Some Italian Pageantry

A lot of Americans applaud Pope Francis’ simplification of papal ceremonial dress, whereby he has eschewed certain things that popes wore for centuries until February 28, 2013. But ours is a fairly casual culture, where even the President often appears in public without a necktie, many businesses have gotten rid of or greatly simplified their traditional uniforms, and things in general – from the way we dress to the way we speak – are becoming ever more casual all the time.

Italy is also experiencing some simplification, but there is still a great deal of pageantry and formality here. In January I posted some colorful shots from the opening of the judicial year of the State and of the Vatican. Be sure to go back and check out those posts.

But today’s presidential visit provided another occasion for the Italians to bring out some of their elaborate uniforms, in which they take great pride – even as those uniforms look, to us, like something from a bygone era.

Here is a group of the Financial Police (Guardia di Finanza), in ceremonial uniforms to welcome President Obama’s arrival at the presidential palace, called the Quirinal Palace (which, in fact, used to be a papal residence):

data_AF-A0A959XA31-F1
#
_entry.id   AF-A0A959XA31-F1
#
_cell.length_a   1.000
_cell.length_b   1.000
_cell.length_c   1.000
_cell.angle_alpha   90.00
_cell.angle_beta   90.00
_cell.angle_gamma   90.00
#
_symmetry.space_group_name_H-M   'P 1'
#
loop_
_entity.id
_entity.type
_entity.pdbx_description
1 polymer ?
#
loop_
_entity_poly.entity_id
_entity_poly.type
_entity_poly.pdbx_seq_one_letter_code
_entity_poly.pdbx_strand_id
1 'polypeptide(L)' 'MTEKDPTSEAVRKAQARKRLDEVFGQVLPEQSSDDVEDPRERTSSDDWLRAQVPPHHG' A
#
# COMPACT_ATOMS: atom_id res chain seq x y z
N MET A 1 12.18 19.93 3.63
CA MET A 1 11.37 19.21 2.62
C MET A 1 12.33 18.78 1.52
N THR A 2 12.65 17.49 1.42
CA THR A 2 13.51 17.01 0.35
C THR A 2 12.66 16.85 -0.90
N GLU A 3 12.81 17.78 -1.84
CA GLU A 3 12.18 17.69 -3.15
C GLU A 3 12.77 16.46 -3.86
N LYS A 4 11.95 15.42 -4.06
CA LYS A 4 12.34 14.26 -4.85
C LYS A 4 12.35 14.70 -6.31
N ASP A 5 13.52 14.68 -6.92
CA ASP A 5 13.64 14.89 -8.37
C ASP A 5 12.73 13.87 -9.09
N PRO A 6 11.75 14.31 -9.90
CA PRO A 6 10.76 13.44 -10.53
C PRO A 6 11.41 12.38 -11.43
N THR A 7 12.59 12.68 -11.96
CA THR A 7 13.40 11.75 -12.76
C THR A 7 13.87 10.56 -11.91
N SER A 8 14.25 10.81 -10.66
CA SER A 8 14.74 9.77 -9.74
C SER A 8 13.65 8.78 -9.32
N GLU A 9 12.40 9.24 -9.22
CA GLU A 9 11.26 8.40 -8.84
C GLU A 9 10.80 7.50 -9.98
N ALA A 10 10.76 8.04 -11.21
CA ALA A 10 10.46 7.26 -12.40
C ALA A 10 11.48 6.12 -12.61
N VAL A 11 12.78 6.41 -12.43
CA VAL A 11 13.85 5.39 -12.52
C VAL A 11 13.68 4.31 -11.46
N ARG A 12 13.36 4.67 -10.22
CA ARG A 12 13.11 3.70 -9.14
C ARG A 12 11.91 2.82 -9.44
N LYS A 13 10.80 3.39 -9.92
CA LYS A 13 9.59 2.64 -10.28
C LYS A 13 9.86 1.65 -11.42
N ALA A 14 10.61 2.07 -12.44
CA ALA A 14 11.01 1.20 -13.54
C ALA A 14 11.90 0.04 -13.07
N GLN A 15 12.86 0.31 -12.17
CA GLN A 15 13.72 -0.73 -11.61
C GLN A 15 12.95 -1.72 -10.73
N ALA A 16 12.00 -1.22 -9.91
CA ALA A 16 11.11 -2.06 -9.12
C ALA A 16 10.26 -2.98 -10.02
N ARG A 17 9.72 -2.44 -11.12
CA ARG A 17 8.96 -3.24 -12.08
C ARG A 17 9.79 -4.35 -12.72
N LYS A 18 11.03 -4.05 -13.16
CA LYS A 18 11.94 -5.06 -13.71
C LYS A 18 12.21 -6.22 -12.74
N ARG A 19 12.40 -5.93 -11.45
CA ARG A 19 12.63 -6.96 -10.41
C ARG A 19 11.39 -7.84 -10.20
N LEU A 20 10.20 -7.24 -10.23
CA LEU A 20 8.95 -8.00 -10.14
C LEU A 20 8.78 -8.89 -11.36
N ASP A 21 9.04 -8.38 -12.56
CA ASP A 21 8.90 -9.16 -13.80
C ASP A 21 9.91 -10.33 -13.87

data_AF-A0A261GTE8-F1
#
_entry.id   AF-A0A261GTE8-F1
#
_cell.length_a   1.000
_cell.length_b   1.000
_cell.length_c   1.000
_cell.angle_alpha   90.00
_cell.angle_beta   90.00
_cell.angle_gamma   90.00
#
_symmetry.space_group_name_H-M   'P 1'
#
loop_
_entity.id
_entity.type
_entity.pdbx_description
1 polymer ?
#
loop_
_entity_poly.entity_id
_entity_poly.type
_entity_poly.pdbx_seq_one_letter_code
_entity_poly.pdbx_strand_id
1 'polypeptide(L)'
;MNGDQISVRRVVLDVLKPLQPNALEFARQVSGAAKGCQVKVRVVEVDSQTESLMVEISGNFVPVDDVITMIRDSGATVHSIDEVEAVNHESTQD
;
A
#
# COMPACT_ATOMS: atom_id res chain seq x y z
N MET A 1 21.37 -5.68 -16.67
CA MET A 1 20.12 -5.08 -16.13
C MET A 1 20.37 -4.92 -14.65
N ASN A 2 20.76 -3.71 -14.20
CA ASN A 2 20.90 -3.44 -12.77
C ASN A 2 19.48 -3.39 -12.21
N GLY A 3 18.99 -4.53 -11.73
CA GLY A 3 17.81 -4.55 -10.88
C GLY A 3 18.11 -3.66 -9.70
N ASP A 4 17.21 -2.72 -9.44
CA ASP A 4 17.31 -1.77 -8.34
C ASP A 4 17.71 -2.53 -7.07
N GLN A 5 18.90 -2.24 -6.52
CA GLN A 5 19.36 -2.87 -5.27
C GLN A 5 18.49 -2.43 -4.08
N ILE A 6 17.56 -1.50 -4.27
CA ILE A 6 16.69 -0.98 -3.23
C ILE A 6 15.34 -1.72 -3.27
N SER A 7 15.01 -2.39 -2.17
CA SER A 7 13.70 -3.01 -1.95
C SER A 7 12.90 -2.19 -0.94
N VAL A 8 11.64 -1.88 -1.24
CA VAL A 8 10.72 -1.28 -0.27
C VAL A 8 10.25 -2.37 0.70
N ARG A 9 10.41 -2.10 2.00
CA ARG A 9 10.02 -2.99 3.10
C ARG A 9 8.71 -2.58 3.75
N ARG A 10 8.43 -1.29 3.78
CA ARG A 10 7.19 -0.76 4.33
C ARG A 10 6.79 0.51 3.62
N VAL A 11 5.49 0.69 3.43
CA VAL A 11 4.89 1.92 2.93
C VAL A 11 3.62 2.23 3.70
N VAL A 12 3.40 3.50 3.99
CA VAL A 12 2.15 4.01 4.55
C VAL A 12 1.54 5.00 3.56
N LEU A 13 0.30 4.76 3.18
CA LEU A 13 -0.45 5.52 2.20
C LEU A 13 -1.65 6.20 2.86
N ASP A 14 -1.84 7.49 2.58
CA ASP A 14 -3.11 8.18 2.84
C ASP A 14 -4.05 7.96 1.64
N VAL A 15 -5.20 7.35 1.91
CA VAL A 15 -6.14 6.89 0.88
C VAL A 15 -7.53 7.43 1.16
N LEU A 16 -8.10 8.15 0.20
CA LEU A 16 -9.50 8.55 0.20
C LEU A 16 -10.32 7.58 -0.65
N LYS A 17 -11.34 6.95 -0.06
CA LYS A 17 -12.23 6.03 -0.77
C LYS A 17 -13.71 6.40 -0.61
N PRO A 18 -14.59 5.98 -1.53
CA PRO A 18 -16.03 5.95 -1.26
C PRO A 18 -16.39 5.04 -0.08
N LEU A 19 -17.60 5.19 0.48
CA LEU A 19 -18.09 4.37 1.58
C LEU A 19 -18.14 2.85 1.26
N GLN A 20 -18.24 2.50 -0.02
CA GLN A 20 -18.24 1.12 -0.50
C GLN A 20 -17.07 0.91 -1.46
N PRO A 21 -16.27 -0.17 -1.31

Here we see President Obama walking with what appears to be a general of some branch of the Italian military – they had to walk a fair amount, because the enormous presidential SUVs that they flew in from the States could not fit through the courtyard entrance that would have gotten them a parking spot by the door! Note the guards standing along the right side with the really wild helmets (more on them in a moment):


And here’s a closer shot of those guards. They are called the Reggimento Corazzieri, which basically translates as “armed regiment”. They are an honor guard for the President of the Italian Republic now, but historically they were a corps of heavy cavalry that wore armor and fought on the front lines:


In order to serve in this honor guard, several requirements have to be met: the candidate has to be at least 190cm tall (just shy of 6’3″) – Italians are generally not known for their height, so this greatly reduces the pool of candidates; they also have to be men of undisputed integrity, and expert horsemen (for a certain type of Irish horse that is used). There are various other physical and experiential requirements besides, including that of knowing how to drive “with great expertise” a particular make and model of motorcycle!

Be sure to check out those two previous posts – here and here – for more colorful and interesting Italian pageantry.

This entry was posted in Ad Hoc and tagged , , , , . Bookmark the permalink.